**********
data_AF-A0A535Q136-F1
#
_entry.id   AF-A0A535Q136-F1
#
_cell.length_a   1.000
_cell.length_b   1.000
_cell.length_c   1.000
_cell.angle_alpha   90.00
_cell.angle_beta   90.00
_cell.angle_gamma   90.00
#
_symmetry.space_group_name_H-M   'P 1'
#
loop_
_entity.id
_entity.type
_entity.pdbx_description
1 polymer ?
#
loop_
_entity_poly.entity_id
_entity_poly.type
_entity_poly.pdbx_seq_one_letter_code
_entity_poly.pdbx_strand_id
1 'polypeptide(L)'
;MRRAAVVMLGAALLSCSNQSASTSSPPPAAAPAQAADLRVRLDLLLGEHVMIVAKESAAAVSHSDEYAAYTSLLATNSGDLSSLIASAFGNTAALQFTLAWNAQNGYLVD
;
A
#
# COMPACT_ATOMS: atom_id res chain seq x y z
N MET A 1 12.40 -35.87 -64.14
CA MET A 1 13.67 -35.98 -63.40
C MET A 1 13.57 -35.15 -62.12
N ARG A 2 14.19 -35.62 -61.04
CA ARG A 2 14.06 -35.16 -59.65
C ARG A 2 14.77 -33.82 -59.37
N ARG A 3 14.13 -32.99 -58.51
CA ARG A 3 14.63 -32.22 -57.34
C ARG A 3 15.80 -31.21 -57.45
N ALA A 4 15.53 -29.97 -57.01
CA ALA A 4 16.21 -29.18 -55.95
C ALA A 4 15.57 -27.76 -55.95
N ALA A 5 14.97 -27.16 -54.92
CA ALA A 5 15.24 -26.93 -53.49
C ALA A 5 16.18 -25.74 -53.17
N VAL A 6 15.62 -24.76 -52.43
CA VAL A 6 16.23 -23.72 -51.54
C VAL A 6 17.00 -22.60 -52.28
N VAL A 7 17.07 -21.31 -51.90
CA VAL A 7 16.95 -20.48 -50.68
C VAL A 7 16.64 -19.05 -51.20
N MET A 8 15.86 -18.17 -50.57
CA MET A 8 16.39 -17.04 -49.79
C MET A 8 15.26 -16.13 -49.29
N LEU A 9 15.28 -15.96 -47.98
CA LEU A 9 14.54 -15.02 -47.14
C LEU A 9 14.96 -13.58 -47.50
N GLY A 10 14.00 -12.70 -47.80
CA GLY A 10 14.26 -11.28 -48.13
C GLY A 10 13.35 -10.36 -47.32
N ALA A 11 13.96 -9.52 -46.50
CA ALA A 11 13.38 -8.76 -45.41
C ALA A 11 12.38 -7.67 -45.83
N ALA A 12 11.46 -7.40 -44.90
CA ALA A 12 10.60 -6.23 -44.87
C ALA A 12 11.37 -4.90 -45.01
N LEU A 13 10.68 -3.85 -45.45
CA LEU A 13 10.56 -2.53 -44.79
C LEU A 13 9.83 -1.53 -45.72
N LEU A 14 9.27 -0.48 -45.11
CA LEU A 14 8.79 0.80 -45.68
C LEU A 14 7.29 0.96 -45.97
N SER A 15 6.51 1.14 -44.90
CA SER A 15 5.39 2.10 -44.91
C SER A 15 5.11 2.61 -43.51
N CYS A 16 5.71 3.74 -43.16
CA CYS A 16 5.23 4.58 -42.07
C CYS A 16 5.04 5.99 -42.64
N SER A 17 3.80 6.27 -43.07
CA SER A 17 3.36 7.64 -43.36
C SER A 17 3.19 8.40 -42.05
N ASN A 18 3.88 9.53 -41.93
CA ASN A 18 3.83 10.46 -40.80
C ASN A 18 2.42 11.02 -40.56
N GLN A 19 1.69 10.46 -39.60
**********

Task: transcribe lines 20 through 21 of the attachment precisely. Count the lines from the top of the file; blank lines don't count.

loop_
_entity_poly.entity_id